Monday, October 28, 2013

Back from Houston! (and some perks of minimally processed foods)

My brain is still buzzing from last week’s Food and Nutrition Conference & Expo in Houston, Texas. Its experiences like the one I had last week in Houston that only emphasize how much I love job. It’s truly humbling and inspiring to be working a field with so many hard working, motivated individuals who share a love of something great – food!

I particularly had a great time partnering up with the Tomato Products Wellness Council – an organization dedicated towards sharing the health benefits and wonderful culinary uses of tomato products. In the world of foodies and nutrition experts, talking about the health benefits of tomato products is an easy task.

Photo courtesy of Czarnoglowa of Wiki Commons
Tomatoes are one of those really amazing foods that when cooked, they offer even more nutrient bang for your buck as tomatoes' potent antioxidant – lycopene – becomes more available to the body after being exposed to heat. And since lycopene has been shown to offer cardiovascular protection, cancer fighting ability, and anti-inflammatory properties – adding tomato sauce, canned tomatoes and salsa to your favorite recipes such as chili, lasagna, and soup is a very good idea.  
Did I mention that we raffled off this adorable tomato red Coach purse at the booth?

But the perks of some minimally processed foods doesn’t stop there.

·         Another canned veggie, canned beans – especially pinto, black, and garbanzo –can always been found in my pantry. They are a nutrient-rich source of both fiber and protein and make great additions to salads, side dishes, soups and dips. Beans are a food you can feel really good about including into your daily diet since eating them on a regular basis has been linked to a number of health benefits including lower risk for heart disease, lower body weight, and protection against some types of cancer.

Photo courtesy of Paul Goyette from Wiki Commons

Frozen foods definitely have their healthy place, too.

Since our favorite fruits and veggies are not in-season or available fresh year-round, keeping frozen versions in the freezer is a wonderful alternative. Frozen fruits and veggies are often picked and packaged at their peak-season, thus offering produce that is both nutrient-rich and full of flavor.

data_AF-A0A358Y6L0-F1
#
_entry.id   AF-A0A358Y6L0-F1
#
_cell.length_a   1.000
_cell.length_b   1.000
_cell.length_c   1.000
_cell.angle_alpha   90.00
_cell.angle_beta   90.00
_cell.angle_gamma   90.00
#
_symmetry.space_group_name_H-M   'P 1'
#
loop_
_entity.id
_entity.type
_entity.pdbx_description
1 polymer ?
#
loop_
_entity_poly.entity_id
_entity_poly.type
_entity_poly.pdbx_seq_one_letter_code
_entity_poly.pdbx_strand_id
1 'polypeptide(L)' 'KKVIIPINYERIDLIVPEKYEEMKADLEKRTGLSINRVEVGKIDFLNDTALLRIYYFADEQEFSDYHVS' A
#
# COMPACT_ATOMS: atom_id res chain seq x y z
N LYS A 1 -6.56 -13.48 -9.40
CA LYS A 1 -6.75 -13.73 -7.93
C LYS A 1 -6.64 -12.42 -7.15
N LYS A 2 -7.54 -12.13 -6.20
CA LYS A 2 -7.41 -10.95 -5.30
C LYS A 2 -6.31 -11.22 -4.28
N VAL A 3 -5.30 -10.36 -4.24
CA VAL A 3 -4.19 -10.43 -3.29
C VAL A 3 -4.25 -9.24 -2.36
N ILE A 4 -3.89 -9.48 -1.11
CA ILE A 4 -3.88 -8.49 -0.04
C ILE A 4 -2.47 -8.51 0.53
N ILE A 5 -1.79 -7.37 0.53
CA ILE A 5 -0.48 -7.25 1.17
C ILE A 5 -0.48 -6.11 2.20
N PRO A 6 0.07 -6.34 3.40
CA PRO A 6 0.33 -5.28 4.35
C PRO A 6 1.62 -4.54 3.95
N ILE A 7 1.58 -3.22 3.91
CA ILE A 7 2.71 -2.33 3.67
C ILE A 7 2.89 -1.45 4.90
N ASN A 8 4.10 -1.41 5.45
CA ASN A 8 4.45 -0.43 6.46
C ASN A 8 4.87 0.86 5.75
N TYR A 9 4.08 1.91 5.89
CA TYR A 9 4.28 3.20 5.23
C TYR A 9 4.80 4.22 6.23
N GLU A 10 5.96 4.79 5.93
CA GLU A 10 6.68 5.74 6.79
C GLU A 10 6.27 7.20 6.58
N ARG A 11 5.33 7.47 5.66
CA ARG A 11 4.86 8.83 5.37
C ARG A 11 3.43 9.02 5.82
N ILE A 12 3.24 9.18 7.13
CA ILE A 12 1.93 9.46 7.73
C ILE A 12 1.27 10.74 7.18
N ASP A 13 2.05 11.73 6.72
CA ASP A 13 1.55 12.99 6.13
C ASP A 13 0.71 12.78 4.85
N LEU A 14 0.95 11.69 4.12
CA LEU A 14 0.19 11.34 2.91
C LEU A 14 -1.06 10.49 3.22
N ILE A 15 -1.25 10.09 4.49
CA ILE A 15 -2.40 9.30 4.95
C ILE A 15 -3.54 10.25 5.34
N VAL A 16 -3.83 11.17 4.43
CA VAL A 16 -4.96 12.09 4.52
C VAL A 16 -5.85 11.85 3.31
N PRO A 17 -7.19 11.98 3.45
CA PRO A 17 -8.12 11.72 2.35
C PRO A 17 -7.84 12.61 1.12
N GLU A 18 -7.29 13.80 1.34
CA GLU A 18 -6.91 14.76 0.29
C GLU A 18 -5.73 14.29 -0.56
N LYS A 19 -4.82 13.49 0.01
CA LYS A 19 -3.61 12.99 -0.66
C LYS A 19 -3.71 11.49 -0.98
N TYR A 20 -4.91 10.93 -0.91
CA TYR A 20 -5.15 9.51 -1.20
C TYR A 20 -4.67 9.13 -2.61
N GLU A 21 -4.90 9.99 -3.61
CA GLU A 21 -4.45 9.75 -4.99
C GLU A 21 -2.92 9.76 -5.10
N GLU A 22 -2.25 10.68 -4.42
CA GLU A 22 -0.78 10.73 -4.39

·         Frozen berries and other frozen fruit make getting in your 2-3 fruit servings each and every day easier and more affordable -- and if you keep fruit in the freezer, you’ll always have a healthy snack available, without the waste of spoiled fruit. I love adding frozen berries to my morning bowl of oatmeal, serving over non-fat plain Greek yogurt for an afternoon snack, or blending with soy milk into a fruit smoothie for an instant breakfast.


Photo courtesy of of Wiki Commons

·         Frozen veggies have found their perfect little spot in my freezer. During times when I need a nutritious meal ASAP, I often turn to frozen veggies to whip up a quick veggie stir-fry or to use in my homemade soups. Lisa and I developed this recipe for Veggie Stir Fry with Peanut Sauce for our very first cooking class together – it’s a spin on recipe I ate weekly in college. I love this recipe because it’s fast to make, easy to prepare, affordable, and also packed with nutrition.


I’m already looking forward to next year’s conference in Atlanta, Georgia where I’ll have another opportunity to meet and spend more time with the industry’s professionals and students who inspire and motivate me every day.

Plus, I’m really looking forward to some Southern cooking!

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